Law firms advised to embrace ‘intersectionality’

By Emma Ryan|13 August 2019

Only those who embrace the concept of intersectionality can further the drive for true inclusion in the workplace, and consequently get the best out of their people, according to two Dentons employees.

Dentons partner Ben Allen and senior associate John Heard said promoting and fostering intersectionality in the workplace will yield the best results for those with diversity and inclusion strategies in place.

Intersectionality, the pair said, is a term that takes diversity and inclusion groups beyond their key focus areas, whether that is faith based, gender, sexuality or culture, to find ways to intersect with other groups and find ways to work together to promote true inclusion.

“Ensuring that everyone can bring their whole selves to work, in a respectful and inclusive way, is the aim of our firm’s push to connect our diversity and inclusion groups,” Mr Allen and Mr Heard explained.

“Against today’s political backdrop it can sometimes seem as if society is increasingly focused on disunity between different groups of people, and that these groups have conflicting interests and needs. In some instances, we might be tempted to accept that this is just how the world is now because overcoming seemingly irreconcilable differences it too hard.

“And although some sectors of the community still face entrenched and unjust threats to their wellbeing and safety, for instance members of the LGBTI community, Aboriginal and Torres Strait Islander peoples and women, we are seeing that organisations around Australia are making excellent progress in furthering diversity and inclusion.”

As leaders of Dentons GLOW, Dentons’ LGBTI diversity and inclusion network, Mr Allen and Mr Heard said they’ve found that focusing on “what unites us rather than the unhelpful and potentially dangerous narratives sometimes heard externally is important”.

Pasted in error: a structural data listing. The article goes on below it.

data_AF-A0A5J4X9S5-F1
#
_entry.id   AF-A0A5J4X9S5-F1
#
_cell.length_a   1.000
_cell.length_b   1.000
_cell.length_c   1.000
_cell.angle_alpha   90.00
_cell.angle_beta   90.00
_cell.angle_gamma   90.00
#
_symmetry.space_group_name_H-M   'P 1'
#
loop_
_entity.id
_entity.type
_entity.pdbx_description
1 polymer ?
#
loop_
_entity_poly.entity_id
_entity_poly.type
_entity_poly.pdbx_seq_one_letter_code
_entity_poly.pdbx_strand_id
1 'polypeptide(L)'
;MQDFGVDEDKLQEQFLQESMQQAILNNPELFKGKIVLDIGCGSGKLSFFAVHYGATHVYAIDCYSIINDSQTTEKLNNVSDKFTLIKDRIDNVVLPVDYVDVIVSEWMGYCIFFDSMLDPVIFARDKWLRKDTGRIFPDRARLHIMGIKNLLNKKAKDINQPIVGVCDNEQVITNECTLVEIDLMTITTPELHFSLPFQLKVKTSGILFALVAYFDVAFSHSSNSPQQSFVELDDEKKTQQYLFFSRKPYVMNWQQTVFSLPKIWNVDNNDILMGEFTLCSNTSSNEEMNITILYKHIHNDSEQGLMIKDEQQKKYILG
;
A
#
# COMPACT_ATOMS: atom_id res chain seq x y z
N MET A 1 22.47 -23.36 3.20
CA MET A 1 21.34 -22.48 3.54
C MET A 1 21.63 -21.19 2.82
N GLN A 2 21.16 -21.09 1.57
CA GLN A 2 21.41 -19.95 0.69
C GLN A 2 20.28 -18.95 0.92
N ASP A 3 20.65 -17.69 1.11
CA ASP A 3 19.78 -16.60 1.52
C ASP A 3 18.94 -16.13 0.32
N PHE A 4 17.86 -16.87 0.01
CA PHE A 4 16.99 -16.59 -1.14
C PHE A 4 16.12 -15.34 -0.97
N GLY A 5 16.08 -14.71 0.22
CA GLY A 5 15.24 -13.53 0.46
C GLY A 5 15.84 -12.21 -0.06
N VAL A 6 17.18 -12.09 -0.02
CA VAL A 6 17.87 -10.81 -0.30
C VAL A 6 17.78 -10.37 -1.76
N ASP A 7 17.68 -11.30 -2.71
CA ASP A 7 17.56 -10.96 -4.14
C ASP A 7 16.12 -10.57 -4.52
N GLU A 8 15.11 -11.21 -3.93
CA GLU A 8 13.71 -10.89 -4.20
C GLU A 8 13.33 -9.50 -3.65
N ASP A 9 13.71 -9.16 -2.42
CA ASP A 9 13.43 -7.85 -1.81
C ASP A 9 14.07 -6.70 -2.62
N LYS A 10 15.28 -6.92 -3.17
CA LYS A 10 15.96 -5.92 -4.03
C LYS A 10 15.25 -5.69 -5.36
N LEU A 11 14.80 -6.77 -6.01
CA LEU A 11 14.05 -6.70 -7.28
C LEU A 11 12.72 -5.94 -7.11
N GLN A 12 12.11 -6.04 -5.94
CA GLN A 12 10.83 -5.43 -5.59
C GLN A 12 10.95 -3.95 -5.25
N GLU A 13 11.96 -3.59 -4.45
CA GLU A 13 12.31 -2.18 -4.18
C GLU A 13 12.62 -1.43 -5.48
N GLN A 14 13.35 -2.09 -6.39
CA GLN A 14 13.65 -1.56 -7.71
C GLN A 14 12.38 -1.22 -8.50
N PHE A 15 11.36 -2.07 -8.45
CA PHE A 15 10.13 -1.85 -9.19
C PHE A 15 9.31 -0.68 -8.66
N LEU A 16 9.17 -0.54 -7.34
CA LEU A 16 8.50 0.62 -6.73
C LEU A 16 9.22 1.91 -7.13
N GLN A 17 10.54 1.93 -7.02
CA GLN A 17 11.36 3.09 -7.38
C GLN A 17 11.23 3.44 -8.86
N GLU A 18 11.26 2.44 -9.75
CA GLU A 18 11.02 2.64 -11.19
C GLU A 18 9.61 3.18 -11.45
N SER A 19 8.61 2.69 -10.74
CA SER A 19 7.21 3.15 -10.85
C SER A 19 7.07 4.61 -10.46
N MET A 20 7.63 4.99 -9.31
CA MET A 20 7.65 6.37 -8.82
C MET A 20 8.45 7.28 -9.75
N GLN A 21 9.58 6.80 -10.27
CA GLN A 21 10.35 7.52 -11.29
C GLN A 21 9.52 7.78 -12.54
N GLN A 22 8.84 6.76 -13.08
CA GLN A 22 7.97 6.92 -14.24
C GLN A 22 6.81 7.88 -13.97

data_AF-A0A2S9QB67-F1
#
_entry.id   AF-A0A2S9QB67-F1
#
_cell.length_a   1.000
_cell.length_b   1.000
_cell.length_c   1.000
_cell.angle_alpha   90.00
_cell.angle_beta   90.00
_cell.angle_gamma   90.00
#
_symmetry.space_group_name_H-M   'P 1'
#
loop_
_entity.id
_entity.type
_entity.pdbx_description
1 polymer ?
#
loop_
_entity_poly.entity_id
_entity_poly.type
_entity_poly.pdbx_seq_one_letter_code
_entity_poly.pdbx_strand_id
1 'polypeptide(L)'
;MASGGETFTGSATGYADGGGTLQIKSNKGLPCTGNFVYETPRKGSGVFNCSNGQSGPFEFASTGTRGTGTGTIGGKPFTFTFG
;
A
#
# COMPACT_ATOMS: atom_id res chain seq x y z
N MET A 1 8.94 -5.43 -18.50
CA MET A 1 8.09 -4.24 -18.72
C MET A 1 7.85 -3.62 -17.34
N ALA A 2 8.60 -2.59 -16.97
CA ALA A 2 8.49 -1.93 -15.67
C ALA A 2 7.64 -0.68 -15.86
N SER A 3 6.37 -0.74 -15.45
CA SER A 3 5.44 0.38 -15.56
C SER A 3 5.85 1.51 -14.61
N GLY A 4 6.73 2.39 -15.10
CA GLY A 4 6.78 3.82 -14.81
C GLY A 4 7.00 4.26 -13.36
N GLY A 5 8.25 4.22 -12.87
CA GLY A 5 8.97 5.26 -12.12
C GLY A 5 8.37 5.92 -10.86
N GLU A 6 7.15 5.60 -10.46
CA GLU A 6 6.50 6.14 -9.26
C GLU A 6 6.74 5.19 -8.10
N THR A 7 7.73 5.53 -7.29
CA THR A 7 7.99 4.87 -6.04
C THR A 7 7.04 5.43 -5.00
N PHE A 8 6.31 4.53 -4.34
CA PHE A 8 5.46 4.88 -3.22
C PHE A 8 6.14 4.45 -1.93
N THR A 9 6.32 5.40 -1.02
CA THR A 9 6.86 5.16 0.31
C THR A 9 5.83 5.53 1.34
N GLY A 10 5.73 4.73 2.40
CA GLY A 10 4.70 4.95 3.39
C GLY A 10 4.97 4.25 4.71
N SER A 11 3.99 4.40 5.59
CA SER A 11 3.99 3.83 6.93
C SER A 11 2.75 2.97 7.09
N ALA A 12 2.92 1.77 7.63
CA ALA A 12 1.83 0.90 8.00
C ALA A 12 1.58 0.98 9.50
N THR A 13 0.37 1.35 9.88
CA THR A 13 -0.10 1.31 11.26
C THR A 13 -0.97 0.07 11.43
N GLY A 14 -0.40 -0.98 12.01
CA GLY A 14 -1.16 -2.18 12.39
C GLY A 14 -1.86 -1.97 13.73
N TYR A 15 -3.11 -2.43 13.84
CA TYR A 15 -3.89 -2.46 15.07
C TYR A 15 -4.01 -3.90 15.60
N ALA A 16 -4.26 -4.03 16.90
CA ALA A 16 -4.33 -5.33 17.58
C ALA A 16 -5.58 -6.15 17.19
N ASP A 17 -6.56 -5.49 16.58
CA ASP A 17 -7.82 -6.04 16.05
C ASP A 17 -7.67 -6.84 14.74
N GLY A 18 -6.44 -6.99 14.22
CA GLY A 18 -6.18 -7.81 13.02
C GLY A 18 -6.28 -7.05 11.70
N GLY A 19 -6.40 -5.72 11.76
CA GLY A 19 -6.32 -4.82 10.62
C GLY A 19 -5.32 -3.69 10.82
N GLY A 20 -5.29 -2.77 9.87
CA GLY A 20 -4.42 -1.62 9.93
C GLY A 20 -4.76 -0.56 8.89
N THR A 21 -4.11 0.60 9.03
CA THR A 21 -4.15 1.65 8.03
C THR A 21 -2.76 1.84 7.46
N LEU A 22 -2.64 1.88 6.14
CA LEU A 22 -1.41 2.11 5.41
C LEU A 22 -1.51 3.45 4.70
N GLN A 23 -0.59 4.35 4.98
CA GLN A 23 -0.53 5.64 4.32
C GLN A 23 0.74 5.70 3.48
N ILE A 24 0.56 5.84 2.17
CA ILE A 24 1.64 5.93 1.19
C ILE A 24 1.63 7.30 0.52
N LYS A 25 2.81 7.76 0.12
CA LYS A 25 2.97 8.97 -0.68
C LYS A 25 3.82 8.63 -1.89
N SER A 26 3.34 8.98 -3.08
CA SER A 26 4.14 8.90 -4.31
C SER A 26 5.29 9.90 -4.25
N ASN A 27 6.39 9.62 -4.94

“Being part of the world’s largest law firm means we’re fortunate to work with a hugely diverse range of people across the more than 75 countries we operate in, and embracing those cultural, religious and language divides has proven a challenge at times,” they said.

“…We are proud of our pioneering work in setting up Australia’s first free Trans and Gender Diverse Legal Centre in partnership with the Inner City Legal Centre in Sydney, and in the work we do with many other organisations such as the Wayside Chapel and the Watarrka Foundation. What we’ve found is that these initiatives don’t conflict with one another. We work side by side and learn from each other to ensure that all voices are heard respectfully.

“With the recent launch of DentonsABLE, our disability inclusion group, we also see an opportunity for our LGBTI network to work more closely to provide opportunities for people with disabilities who may also be a GLOW ally or LGBTI staff member, who have their own unique needs as a result. We need to remember that many people don’t fit into one ‘category’ and that true inclusion will embrace all of these challenges.”

When thinking about how to further diversity and inclusion in the workplace, Mr Allen and Mr Heard encouraged organisations to think about how they can bring each of their initiatives together.

“…Recognise that someone can cross any number of our diversity and inclusion groups simultaneously and, as a result, face unique issues in the workplace,” they added.

“These identities are not in conflict with one another, but are what makes each of us unique.

“By truly embracing the many facets of each person, organisations can move closer to true unity and inclusion in the workplace.”

Law firms advised to embrace ‘intersectionality’
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